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Inexpensive Entertainment Is Kept Alive in Iowa City

Iowa City has been home to some of Iowa’s most beloved music venues for decades. It is a process to bring in artists to such a small town but the venues of Iowa City know what to do to keep the music scene thriving. This three part story looks into how inexpensive entertainment is still kept alive by how shows are set at different venues, how exactly the music scene in Iowa City is and profiles a bluegrass group that has kept coming back to provide inexpensive entertainment to the community.

BY: Lauren Drennan

Iowa City, Iowa, has been home to a rich music scene for decades. Pricing a show is always difficult but through the decades, it has maintained a diverse and lively music scene that is fairly inexpensive. The credit goes to talent buyers of the different music venues Iowa City has to offer.

“Fortunately, Iowa City is geographically located in between large music markets like Minneapolis and Chicago,” Chris Wiersema, talent buyer for The Mill, said. “We are a prime route destination spot and when I see tours of artists that cross paths with Iowa City, I hop on that opportunity to bring them in.”

Chris Wiersema has worked as the talent buyer for The Mill for over two years now. As a talent buyer, he believes one thing to be the key to reeling in artists to his venue: relationships. He builds relationships with agents who have a staple of artists, the agents will call him when a new record is released and tour dates are being planned. The artists must maintain a price but Wiersema ultimately determines the price of the tickets.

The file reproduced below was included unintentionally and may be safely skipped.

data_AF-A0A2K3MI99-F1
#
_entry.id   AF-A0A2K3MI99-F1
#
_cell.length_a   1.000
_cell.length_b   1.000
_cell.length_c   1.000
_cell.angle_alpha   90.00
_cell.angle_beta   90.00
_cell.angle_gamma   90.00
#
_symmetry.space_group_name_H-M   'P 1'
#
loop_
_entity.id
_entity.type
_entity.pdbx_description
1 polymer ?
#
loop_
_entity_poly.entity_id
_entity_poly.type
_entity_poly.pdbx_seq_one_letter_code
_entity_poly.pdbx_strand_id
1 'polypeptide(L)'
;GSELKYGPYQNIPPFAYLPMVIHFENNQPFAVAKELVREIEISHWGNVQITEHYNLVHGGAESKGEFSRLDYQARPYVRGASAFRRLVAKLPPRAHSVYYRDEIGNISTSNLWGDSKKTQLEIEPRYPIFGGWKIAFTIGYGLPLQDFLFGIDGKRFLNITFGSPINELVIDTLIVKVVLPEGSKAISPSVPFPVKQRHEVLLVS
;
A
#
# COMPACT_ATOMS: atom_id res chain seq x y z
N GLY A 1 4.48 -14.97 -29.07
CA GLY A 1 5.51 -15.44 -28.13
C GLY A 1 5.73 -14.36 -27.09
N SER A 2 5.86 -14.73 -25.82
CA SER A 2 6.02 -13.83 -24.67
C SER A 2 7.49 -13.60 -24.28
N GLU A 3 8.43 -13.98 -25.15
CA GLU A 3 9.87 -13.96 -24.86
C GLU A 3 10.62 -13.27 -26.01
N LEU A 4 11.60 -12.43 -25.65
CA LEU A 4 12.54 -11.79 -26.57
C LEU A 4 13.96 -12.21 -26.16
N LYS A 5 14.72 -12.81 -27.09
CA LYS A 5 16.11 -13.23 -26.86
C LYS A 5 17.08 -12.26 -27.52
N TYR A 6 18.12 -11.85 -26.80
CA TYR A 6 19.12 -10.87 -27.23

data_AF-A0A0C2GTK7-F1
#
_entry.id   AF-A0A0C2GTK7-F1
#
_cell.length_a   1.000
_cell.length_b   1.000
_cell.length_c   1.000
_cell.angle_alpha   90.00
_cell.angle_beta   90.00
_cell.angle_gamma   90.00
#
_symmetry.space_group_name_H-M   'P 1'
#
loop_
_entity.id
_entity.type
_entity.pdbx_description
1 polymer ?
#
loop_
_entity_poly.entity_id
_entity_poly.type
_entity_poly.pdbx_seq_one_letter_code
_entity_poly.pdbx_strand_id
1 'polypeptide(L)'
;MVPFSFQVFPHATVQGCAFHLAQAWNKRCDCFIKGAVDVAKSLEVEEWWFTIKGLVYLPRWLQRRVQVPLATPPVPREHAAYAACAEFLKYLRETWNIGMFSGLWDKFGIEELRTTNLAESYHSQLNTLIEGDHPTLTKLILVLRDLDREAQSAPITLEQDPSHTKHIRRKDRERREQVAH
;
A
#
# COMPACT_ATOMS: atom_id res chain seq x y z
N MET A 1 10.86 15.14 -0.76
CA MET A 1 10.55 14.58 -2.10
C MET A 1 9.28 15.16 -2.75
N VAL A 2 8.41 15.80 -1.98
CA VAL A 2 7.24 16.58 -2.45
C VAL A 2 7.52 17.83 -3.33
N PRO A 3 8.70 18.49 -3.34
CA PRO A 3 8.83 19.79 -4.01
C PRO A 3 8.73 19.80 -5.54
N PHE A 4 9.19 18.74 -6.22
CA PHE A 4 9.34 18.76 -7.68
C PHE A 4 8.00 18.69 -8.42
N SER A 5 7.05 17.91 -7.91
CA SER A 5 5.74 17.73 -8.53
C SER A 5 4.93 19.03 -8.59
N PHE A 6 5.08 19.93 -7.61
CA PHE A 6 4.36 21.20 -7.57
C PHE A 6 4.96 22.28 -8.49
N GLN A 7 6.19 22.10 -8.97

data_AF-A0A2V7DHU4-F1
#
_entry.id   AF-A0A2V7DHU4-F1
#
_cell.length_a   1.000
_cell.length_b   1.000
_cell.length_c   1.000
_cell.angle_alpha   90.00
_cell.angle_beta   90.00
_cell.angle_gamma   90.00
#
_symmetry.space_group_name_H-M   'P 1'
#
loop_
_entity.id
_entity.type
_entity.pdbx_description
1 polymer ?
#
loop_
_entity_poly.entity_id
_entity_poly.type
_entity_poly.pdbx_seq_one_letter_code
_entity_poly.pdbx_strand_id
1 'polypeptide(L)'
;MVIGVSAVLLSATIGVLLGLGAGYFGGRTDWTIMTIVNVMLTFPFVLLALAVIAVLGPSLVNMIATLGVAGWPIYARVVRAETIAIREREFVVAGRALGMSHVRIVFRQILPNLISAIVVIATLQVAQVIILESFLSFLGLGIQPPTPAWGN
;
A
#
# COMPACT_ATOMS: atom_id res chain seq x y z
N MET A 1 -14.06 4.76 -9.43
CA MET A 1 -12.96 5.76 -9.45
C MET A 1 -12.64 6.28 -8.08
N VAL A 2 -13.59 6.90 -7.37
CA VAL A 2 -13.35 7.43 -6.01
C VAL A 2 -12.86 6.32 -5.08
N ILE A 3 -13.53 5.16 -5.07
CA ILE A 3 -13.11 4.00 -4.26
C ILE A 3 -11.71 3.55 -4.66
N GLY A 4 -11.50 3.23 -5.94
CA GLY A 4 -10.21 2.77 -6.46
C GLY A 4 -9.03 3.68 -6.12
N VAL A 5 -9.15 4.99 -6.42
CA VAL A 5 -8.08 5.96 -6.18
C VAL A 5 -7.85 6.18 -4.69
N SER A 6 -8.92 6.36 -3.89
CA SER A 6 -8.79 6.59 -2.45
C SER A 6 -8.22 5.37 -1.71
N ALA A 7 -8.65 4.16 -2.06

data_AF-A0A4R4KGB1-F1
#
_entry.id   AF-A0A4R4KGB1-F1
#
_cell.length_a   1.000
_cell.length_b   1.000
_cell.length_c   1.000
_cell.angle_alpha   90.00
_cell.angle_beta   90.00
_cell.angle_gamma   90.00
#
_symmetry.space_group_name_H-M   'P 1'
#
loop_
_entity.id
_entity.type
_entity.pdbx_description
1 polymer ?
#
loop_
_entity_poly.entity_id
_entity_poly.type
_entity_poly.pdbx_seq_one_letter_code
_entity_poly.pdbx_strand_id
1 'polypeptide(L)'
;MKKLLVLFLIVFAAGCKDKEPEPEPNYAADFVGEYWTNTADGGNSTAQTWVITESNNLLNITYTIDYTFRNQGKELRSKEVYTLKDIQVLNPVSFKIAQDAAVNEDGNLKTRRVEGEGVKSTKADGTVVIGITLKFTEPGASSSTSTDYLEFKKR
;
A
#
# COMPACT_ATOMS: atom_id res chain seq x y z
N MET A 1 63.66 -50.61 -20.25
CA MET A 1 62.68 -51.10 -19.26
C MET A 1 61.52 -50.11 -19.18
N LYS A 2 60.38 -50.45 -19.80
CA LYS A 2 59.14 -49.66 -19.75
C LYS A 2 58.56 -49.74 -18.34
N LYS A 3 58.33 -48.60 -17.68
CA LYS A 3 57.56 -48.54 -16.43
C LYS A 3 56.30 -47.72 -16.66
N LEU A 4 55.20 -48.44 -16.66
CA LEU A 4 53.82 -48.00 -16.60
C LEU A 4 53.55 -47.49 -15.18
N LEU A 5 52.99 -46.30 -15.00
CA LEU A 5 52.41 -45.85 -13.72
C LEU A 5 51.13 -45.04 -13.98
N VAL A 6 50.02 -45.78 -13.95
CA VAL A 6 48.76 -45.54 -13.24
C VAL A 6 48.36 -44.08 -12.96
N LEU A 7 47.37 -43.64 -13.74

“We must first make sure the artists get enough money from their performance. We try to have a base cost of six dollars for most of our shows,” he said. “As a business, we rarely make money. We maintain our business by food and drink sales during performances.”

Brent Johnson, the talent buyer for Gabe’s as of this year, agrees with Wiersema that the artists come first and they must get enough money out of a show. He believes that the community is a huge deciding factor of what artists to bring in and how to price the shows accordingly, which can reap benefits in years to come.

“The way the show is put on can be a building block for both the venue and the artist,” he said. “However, if there are shows that are similar several days in a row, you are not going to make a dime because the community will lose interest and it is a missed opportunity for different artists to come in to show their talent.”

Scott Kading, owner and talent buyer for The Iowa City Yacht Club, has been in the profession for 11 years. When he books artists, he maintains a nice mix of bands they want to see versus what people in the community want to see. Kading also gets several requests from smaller bands to get stage time so he holds free shows on their downstairs stage to give them an opportunity. This opportunity in turn also provides an opportunity for his business because it brings in people to enjoy the free show while making a profit off the drinks the concertgoers buy.